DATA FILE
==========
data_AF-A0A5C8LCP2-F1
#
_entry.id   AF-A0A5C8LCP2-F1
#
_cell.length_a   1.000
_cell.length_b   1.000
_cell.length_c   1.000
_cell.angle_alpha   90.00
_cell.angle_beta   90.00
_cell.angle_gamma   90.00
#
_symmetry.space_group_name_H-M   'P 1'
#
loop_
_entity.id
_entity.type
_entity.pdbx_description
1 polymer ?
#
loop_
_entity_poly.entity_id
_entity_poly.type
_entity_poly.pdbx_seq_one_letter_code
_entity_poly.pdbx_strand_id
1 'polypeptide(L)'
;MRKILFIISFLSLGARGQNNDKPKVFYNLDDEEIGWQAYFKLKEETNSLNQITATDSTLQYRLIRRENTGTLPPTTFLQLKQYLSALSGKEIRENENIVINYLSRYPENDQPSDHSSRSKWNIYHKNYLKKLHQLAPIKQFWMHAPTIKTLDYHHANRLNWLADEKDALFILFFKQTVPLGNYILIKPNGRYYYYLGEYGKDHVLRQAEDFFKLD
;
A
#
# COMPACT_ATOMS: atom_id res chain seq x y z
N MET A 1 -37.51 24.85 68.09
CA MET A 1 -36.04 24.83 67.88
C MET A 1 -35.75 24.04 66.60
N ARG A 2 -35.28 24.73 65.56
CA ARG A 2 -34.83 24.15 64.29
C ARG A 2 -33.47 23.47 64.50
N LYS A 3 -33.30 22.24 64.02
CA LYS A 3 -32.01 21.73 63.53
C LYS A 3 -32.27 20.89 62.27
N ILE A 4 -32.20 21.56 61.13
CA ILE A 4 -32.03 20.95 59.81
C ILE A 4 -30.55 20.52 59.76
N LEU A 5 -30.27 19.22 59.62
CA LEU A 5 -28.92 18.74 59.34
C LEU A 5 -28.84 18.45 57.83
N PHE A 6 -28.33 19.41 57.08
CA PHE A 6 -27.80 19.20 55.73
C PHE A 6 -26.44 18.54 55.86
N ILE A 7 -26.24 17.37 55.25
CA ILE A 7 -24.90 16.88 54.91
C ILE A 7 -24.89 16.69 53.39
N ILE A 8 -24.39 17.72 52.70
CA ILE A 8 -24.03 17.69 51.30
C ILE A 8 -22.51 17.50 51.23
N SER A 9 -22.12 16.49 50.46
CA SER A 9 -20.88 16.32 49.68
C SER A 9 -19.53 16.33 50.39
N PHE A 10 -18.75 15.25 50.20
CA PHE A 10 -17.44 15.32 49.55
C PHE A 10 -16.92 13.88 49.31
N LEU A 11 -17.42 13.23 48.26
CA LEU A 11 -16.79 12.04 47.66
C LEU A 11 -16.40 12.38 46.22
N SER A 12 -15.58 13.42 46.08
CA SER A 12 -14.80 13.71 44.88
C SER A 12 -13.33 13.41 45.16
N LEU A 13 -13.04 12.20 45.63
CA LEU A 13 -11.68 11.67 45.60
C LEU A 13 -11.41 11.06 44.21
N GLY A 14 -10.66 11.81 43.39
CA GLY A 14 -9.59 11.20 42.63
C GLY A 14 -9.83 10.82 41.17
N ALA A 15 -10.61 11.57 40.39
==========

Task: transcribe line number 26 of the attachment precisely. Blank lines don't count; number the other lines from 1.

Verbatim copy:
;MRKILFIISFLSLGARGQNNDKPKVFYNLDDEEIGWQAYFKLKEETNSLNQITATDSTLQYRLIRRENTGTLPPTTFLQLKQYLSALSGKEIRENENIVINYLSRYPENDQPSDHSSRSKWNIYHKNYLKKLHQLAPIKQFWMHAPTIKTLDYHHANRLNWLADEKDALFILFFKQTVPLGNYILIKPNGRYYYYLGEYGKDHVLRQAEDFFKLD